Book Review: The Perfect Lie by Jo Spain
This book starts with an extremely confronting scene - a police officer jumps to his death from the balcony of his apartment right in front of his wife’s eyes - and it doesn’t get much less shocking from there. Trying to deal with the trauma of Danny’s death, Erin Kennedy wants answers. Why did Danny jump? And why won’t any of his police colleagues even look her in the eye?
Searching for the truth, Erin is lucky enough to find supportive friends: ferociously tough lawyer Karla, black-sheep-of-his-rich-family bar owner Bud, and others she doesn’t realise are really on her side until later. When she meets Cal Hawley, however, is when she starts to discover the truth of what Danny was really up to. Cal’s from a rich family but incredibly troubled by his stepsister Lauren’s tragic death - and he’d asked Danny to look into Lauren’s case.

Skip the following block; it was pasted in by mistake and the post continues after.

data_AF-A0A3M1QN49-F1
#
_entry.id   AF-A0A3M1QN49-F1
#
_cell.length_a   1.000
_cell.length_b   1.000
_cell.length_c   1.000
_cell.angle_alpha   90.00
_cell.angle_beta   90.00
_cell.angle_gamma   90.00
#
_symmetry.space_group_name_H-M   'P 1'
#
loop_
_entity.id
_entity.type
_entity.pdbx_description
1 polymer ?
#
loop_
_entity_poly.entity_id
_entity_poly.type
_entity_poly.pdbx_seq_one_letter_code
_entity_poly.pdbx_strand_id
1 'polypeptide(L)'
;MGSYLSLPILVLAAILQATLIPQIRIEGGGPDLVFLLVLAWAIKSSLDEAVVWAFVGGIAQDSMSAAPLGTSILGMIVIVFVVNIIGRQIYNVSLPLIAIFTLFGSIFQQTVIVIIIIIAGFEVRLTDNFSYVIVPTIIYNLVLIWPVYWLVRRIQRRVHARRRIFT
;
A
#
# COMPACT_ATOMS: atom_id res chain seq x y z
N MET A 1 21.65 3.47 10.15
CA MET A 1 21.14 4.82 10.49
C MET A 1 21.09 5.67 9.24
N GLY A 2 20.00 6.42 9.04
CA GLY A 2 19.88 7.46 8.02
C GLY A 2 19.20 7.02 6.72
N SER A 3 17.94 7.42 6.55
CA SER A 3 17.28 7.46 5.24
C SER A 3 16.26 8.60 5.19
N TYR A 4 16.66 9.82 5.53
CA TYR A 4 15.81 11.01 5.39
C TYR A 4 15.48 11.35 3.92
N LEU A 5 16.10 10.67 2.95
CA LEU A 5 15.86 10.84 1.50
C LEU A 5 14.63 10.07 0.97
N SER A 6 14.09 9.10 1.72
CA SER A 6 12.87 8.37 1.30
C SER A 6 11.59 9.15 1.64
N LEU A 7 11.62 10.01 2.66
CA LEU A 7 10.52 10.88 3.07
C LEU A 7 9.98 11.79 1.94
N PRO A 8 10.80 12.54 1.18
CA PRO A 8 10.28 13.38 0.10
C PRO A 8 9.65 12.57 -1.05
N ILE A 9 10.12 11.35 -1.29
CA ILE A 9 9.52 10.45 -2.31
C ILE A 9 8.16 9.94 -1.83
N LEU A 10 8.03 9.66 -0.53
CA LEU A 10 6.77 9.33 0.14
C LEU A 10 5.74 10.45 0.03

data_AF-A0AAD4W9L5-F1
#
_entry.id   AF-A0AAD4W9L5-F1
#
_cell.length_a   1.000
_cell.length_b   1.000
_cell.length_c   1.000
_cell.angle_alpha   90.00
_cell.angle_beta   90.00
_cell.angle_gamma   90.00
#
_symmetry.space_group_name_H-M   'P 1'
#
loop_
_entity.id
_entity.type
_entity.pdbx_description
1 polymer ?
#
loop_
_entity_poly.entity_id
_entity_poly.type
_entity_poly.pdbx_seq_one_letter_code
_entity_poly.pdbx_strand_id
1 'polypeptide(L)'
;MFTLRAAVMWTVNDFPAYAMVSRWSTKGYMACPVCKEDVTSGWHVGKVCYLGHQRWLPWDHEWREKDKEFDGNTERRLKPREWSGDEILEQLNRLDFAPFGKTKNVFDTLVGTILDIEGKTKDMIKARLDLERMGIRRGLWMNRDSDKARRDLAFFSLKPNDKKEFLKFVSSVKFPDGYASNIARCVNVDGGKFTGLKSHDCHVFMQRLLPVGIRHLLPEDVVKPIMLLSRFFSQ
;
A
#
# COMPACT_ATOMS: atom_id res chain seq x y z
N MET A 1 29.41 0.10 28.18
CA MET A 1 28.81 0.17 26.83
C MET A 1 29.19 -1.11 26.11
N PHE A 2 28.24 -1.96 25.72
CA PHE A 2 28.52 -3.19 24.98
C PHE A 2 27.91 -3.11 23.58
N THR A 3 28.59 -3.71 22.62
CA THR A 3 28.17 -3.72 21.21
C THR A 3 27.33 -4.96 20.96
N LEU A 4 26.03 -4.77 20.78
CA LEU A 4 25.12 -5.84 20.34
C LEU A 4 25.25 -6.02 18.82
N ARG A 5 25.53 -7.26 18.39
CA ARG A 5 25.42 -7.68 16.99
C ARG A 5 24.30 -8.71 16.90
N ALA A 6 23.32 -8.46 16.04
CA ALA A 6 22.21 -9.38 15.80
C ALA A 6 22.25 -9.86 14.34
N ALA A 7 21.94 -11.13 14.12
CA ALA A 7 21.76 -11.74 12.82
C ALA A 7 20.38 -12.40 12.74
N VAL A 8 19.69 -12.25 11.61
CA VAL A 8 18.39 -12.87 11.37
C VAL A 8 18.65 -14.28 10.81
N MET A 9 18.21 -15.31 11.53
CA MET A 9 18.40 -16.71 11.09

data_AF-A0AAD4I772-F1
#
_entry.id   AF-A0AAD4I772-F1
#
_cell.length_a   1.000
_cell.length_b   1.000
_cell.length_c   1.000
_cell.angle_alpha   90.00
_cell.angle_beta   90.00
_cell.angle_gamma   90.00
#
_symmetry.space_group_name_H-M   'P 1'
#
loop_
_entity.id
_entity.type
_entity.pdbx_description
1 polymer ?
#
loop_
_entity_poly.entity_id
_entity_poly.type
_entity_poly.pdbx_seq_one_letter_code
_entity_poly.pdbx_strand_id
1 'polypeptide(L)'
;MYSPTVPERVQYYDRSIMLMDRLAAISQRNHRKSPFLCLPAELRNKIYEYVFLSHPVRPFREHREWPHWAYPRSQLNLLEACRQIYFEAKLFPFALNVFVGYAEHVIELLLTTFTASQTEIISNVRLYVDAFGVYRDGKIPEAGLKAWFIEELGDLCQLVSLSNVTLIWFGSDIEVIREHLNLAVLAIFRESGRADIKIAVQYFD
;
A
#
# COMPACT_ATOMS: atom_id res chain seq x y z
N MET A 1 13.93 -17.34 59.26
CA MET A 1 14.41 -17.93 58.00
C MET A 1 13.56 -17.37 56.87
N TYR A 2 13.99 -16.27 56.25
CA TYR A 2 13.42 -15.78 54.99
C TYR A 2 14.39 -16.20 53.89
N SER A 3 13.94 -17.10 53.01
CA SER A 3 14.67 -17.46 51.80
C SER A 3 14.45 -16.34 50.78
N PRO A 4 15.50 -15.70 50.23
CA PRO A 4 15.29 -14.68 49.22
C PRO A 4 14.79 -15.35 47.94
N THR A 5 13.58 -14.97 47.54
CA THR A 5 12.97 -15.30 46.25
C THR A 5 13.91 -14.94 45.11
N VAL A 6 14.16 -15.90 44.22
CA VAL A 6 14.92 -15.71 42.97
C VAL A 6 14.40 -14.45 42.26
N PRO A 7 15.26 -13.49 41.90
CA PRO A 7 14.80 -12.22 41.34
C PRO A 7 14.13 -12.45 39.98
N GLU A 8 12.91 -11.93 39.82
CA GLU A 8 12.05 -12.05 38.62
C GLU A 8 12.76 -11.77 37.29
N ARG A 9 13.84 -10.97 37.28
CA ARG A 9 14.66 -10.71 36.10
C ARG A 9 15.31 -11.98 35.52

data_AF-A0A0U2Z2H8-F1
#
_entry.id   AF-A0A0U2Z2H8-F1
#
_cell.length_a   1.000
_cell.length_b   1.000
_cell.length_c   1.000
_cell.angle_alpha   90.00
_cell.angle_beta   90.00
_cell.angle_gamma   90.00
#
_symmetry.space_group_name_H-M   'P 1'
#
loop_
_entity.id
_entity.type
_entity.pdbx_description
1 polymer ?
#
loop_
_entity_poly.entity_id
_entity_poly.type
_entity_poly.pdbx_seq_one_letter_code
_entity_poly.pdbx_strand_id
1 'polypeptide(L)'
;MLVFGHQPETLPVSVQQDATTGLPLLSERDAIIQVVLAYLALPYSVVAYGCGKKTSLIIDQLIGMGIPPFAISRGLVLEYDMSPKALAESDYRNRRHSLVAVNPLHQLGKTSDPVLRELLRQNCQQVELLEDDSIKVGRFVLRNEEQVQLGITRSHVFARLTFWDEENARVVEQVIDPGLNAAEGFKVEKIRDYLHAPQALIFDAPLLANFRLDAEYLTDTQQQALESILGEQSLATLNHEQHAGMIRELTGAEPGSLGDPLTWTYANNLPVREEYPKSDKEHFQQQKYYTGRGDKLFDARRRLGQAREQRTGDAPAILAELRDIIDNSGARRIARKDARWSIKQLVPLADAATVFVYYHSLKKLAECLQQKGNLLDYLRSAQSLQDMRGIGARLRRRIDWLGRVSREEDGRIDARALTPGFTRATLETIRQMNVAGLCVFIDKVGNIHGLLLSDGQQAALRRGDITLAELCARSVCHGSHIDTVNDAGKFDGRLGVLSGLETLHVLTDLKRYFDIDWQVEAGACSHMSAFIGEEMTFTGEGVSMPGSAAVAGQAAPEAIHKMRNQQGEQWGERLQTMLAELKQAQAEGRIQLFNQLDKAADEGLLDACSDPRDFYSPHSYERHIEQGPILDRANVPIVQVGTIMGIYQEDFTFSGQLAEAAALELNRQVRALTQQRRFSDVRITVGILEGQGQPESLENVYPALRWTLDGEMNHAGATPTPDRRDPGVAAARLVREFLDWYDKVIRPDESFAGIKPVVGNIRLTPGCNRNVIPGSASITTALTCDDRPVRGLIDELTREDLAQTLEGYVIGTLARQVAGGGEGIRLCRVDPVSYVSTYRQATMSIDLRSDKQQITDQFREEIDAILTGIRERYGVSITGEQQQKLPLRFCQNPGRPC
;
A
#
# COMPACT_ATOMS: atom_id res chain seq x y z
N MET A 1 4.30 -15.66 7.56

This is told in several different timelines, with Lauren’s original troubles being documented through the eyes of Ally, who knew her at Harvard a couple of years before any of the events with Danny and Erin occur. Then there’s Danny’s death and the immediate aftermath of it, and the ‘now’ timeline… where Erin is on trial for murdering her husband. This does lead to some momentary confusion - did Danny really die? - but it’s eventually apparent that Erin remarried and it’s this second husband she’s accused of murdering.
I won’t spoil things any further, but the whole story is a sobering look at what happens to regular folks who get caught in the crossfire of sociopaths with enough money to bury anything they want to bury. It’s riveting, if occasionally traumatic - trigger warnings for violent assault, rape, suicide and drug addiction apply. I honestly couldn’t put it down; I was rooting for Erin from the beginning and the ending was definitely satisfying even if it did leave one pressing question unanswered (obviously deliberately, just for the creep factor). Five stars for a fantastic read.
Disclaimer: I received a review copy of this title via NetGalley.